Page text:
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Trump's right — churches should be eligible for disaster aid

Trump's right — churches should be eligible for disaster aid
The First Baptist Church a week after Hurricane Harvey struck land in Rockport, Tex. on Sept. 3, 2017. (Los Angeles Times)

After three churches in Texas were damaged last year during Hurricane Harvey, they discovered they were ineligible for federal disaster aid under a policy of the Federal Emergency Management Agency. Last week, the Trump administration came to their rescue — by abolishing a rule that prohibited federal aid for the repair or rebuilding of facilities used primarily for religious activities.

We don't often agree with the administration, including on matters involving the separation of church and state. But this was the right decision.

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A lawyer for the organization Americans United for Separation of Church and State objected that the policy change was a "clear violation of the U.S. Constitution and its protection of the separation of church and state." But the constitutional issue isn't that clear.

The 1st Amendment's religious clauses pull in two different directions. The Establishment Clause indeed prevents government from giving official support to religion. But the Free Exercise Clause means that citizens can't be penalized for practicing their faith, including when it comes to the allocation of government benefits. Withholding government benefits in this case from the churches would violate the 1st Amendment.

The Supreme Court cited the Free Exercise Clause last June when it ruled 7-2 that the state of Missouri couldn't exclude a Lutheran parochial school from a program that provided grants to nonprofits for the resurfacing of playgrounds. In its statement revising its regulations, FEMA cited that decision.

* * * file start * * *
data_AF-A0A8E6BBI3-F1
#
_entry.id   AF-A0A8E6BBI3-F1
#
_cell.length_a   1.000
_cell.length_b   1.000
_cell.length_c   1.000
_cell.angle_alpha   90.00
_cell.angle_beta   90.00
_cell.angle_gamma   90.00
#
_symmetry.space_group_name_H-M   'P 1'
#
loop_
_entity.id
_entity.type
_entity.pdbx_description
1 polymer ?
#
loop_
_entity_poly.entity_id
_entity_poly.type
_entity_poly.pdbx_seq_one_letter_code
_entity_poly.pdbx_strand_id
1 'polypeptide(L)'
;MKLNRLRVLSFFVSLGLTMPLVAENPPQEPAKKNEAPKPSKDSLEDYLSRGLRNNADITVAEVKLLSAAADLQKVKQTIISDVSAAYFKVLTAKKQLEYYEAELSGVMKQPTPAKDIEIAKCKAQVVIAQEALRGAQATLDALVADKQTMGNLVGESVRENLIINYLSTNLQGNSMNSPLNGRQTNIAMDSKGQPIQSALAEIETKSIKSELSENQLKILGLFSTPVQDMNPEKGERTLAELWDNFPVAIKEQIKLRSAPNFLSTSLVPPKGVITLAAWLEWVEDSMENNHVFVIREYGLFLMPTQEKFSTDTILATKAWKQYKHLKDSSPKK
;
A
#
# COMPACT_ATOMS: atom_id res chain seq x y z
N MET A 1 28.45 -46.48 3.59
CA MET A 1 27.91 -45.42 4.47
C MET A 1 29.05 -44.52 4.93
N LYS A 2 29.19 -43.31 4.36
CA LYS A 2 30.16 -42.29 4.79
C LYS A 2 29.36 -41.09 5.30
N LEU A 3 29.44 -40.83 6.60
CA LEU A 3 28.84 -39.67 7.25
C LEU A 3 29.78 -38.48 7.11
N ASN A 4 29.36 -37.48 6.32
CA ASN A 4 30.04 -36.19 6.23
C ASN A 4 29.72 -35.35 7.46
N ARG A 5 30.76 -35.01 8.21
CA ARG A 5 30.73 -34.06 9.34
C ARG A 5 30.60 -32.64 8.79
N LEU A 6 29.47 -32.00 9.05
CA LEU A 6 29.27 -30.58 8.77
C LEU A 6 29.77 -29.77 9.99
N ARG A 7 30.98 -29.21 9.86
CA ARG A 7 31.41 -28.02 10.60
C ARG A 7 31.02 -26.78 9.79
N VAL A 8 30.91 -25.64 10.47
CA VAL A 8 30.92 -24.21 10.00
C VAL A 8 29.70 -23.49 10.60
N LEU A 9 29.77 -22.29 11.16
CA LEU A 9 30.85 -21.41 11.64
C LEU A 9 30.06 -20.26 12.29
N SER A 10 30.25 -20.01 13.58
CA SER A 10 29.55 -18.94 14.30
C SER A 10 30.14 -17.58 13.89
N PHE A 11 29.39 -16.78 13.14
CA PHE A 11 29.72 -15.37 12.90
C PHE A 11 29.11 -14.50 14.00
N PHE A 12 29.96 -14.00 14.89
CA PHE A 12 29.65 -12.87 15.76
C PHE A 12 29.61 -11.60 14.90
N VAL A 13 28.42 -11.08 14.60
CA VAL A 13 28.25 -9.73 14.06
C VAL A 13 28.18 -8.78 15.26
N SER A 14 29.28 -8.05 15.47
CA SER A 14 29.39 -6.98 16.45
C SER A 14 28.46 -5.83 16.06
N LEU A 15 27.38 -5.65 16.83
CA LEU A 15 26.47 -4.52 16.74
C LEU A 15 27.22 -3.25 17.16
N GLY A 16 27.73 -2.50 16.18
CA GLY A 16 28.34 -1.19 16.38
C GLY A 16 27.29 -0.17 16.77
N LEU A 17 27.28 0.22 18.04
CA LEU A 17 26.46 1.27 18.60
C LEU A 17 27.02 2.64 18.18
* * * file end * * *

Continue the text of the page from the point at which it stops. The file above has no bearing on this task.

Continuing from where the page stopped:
Lawyers can disagree about whether that ruling required FEMA to revise its rules; a federal judge in a lawsuit brought by the Texas churches concluded that it didn't, noting that the ruling involved state funding of a playground, not state funding for religious activity. But the larger principle underlying the Supreme Court's decision is that if the government provides a service, whether it's police and fire protection or disaster relief, it shouldn't deny that service to religious organizations. If a church were on fire, it's hard to imagine anyone arguing that the 1st Amendment bars firefighters from responding.

Critics of the new FEMA policy make another argument: that the agency has limited funds for disaster relief and should focus on helping institutions that serve the larger community. They note that FEMA continues to withhold reconstruction aid from a variety of facilities that serve various purposes, such as vocational training, athletics and political education. Houses of worship, the critics say, should remain in this disfavored category.

FEMA's eligibility criteria do seem arbitrary and may need to be revised. But a church whose stained-glass windows are shattered by an earthquake should be eligible for the same assistance as the school or community center down the street. Help for a library destroyed by a hurricane to restock its shelves shouldn't come with the condition that only secular books will be replaced. Such evenhanded assistance is not an "establishment of religion."

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